Gauges provide the most common and most direct measurement of point precipitation at the surface (New et al., 2001). These gauges can range from simple collecting vessels, such as ‘standard’ accumulation gauges to more complex tipping bucket gauges, weighing gauges, optical gauges and distrometers: all have their own characteristics with relative advantages and disadvantages. However, despite the fact that quantification of precipitation in all its forms over the globe is critical to a range of scientific and societal applications, the distribution of available gauges is quite varied. Much of the land masses (representing 25–30% of the Earth's surface) have measurement networks, although those networks with good gauge densities are limited, while measurements over the oceans are very sparse (see Figure 1). New et al. (2001) estimates the number of gauges worldwide to be about 250 000, while Strangeways (2007) puts the figure at 150 000. However, the number of gauges available globally varies with time and data requirements, with relatively few gauges available with hourly or sub-daily sampling. Furthermore, the lack of uniform data distribution results in only about 64 000 gauges being available for precipitation analyses.

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Figure 1. Number of gauges per 2.5° × 2.5° grid box used in the GPCC full data product (version 5) for June 2007

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Historically, quantitative precipitation measurements span a relatively short period in recent history. Although precipitation data are available in some regions/stations since the mid 1850s, early records vary in accessibility, completeness and consistency, leading to discontinuities and issues over quality control. Critically, the number of long term gauges is very much less, while the availability of data with shorter intervals (i.e daily or sub-daily) is even smaller (New et al., 1999; Jones et al., 2002). The physical characteristics of precipitation, particularly at finer spatial and temporal resolutions, necessitate frequent, systematic measurements. The current networks of surface observations are therefore often inadequate for the quantitative assessment of precipitation and its characteristics.

Despite the fact that gauges provide a physically direct measure of precipitation, they are prone to error. The main source of error is under-catch, primarily caused by wind effects around the gauge orifice (Peterson et al., 1998). In particular, the measurement of snow suffers from an under-catch of up to 50%. Legates and Willmott (1990) estimated the global under-catch to be about 11%, although this varies greatly from region to region. Differences in gauge type also affect the error characteristics and, although not common, changes in gauge type affect long-term records. Other insidious changes occur which are less easy to account for, such as observer errors and slow, long-term changes in the area surrounding the gauge.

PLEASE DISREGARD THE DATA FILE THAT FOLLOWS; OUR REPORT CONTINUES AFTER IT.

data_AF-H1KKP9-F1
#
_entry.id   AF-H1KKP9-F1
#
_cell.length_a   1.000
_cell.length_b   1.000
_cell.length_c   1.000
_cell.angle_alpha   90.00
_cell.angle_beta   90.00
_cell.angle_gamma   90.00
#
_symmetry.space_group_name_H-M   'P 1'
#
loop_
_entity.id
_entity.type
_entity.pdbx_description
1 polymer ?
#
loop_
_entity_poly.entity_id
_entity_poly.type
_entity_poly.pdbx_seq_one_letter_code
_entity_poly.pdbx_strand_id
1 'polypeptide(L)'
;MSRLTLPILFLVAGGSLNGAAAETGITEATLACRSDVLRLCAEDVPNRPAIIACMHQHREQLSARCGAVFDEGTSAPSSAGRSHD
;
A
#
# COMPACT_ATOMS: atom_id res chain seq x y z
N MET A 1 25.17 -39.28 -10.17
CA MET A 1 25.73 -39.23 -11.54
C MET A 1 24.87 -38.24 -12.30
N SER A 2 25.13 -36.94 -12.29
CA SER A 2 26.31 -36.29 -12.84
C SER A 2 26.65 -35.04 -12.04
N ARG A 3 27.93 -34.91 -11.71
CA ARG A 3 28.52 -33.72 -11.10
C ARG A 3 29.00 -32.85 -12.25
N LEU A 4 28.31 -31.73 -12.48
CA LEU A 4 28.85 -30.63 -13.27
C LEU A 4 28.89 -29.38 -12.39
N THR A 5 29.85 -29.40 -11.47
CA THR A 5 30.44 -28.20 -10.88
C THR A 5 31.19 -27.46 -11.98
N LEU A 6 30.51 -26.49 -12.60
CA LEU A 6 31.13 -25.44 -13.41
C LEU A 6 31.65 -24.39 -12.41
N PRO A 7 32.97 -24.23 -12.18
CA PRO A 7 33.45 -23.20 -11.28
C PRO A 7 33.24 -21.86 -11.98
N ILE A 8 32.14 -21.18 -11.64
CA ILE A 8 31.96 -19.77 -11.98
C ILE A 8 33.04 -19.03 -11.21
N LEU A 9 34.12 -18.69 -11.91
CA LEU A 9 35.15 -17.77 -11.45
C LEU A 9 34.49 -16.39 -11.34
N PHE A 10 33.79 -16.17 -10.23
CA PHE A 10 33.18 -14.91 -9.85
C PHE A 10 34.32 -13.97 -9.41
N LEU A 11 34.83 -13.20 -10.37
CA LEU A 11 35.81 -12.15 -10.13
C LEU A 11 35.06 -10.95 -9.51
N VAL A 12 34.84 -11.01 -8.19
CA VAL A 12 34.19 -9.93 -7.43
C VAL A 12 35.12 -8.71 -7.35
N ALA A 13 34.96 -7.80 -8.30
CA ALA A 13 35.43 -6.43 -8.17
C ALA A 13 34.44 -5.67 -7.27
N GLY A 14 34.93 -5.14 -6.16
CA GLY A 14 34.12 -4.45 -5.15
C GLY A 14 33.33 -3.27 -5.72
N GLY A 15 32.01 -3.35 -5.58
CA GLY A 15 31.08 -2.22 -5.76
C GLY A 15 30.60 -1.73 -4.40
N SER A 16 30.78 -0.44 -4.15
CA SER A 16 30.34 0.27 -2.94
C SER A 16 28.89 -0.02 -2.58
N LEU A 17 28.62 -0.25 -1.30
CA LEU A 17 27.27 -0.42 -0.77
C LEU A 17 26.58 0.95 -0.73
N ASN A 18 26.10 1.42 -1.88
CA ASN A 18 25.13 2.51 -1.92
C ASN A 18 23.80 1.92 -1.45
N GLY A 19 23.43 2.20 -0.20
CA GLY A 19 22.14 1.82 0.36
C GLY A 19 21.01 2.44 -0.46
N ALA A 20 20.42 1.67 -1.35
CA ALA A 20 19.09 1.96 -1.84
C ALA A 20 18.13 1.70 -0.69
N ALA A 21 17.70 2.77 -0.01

On the global scale, the most useful products are the gridded data sets. These take the point source gauge data and map the information to a predefined temporal/spatial resolution grid. Notable surface gauge data sets include the Global Precipitation Climatology Centre (GPCC) gauge analyses that makes use of data from the Global Telecommunication System (GTS) network to generate monthly and daily global (land) products, augmented with other national network data when available, resulting in a database of approximately 64 000 gauges (Schneider et al., 2010). The Global Historical Climatology Network (GHCN) provides a dataset with 31 000 stations (New et al., 2001), although the number of gauges varies from year to year, with just 5500 in 1900. The main issue relates to how the gauge data are mapped onto the grid. One approach is to average the gauge records within each grid box; if no gauge information exists, the grid box is left empty (e.g. Hulme, 1994). Other schemes (e.g. Dai et al., 1997) use a distance-weighted scheme to fill grid boxes up to an empirically-derived distance. The GPCC global precipitation product (Rudolf et al., 1994; Schneider et al., 2010) uses a spherical mapping procedure to ensure continuous spatial and temporal land surface precipitation maps, an example of which is shown in Figure 2. The outcome of these different mapping techniques is that the end products inevitably differ, particularly in regions where the gauge density is low. Xie et al. (1996) found mean absolute differences between their extended precipitation gauge product and the GPCC product to be greater than 40% in regions with a single gauge per grid box. Furthermore, they note that interpolation tends to lead to an overestimation of heavy precipitation and an underestimation of low precipitation.

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Figure 2. GPCC full data product of gauge-derived annual precipitation analysis at 2.5° × 2.5° resolution for 2007 (units in mm month−1)